This is the fourth appeal to this Court spawned by the State Health Planning Agency's ("SHPA's") attempts to satisfy the requirements of the State Health Planning Act ("the Act") in connection with a relocating Fulton County health care facility. In this appeal, we find that SHPA sanctioned the facility's relocation by promulgating a rule that, as applied, conflicts with the Act's express legislative requirement that before any relocating health care facility commences operation, it must obtain a certificate of need ("CON"). Furthermore, we conclude that in promulgating its most recent relocation rule, SHPA acted beyond the scope of its administrative authority by creating a separate class of health care facilities that are not contemplated by the Act, and exempting that class from the regulations governing all other new facilities. Accordingly, we reverse in the direct appeal, Case No. S98A0484. Because the trial court properly concluded that mandamus was appellant's only viable remedy in this matter, we affirm in the cross-appeal, Case No. S98X0486.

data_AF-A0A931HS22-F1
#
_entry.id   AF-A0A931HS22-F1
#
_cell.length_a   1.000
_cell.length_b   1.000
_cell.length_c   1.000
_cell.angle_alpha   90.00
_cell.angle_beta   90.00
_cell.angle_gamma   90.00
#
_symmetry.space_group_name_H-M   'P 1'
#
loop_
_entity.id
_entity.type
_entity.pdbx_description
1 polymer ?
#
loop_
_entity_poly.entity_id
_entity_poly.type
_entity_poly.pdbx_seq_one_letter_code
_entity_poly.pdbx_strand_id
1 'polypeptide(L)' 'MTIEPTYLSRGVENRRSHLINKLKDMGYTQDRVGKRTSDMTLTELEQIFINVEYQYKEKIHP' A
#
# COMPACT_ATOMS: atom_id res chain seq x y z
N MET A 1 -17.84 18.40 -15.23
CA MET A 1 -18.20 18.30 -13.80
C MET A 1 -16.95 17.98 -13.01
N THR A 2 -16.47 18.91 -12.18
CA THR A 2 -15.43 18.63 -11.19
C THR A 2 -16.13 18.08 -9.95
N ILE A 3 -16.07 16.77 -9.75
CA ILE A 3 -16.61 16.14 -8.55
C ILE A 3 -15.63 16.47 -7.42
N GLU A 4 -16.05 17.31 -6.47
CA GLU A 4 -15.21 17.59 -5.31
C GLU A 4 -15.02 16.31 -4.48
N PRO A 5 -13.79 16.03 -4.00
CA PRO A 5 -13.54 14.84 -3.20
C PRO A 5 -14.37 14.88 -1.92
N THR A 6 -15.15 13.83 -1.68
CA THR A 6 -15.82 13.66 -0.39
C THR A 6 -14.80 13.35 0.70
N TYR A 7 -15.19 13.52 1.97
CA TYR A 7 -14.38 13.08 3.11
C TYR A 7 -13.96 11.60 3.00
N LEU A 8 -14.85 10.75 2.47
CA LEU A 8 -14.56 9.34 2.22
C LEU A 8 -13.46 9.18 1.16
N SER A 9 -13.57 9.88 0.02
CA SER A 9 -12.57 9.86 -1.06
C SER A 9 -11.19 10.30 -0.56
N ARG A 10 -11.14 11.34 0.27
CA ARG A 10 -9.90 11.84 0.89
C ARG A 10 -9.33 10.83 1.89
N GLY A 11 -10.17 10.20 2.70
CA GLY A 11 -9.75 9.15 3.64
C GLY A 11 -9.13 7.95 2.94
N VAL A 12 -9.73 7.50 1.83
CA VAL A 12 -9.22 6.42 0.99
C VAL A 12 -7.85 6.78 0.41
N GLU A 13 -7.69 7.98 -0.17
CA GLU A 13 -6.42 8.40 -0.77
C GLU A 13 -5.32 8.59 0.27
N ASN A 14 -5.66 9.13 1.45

In North Fulton Med. Center v. Roach ("North Fulton I"), 1
this Court addressed SHPA's decision that Northside Hospital was not required to obtain a CON under OCGA 31-6-40
before relocating an ambulatory surgical facility to Alpharetta, 13 miles away from its original location. North Fulton Medical Center ("North Fulton"), a competitor of the relocated facility, had sued SHPA, seeking mandamus relief and judicial review, contending that SHPA was not authorized to exempt the relocating facility from CON requirements. After the trial court's dismissal, this Court held that neither the Act nor SHPA's rules exempted a relocating ambulatory surgical facility from CON requirements, and the matter was remanded to the trial court for its determination of whether mandamus or judicial review were appropriate remedies.
On remand, the trial court summarily dismissed the petition for judicial review, and proceeded on North Fulton's mandamus petition. On the eve of trial, however, SHPA announced that it had adopted a new rule, 2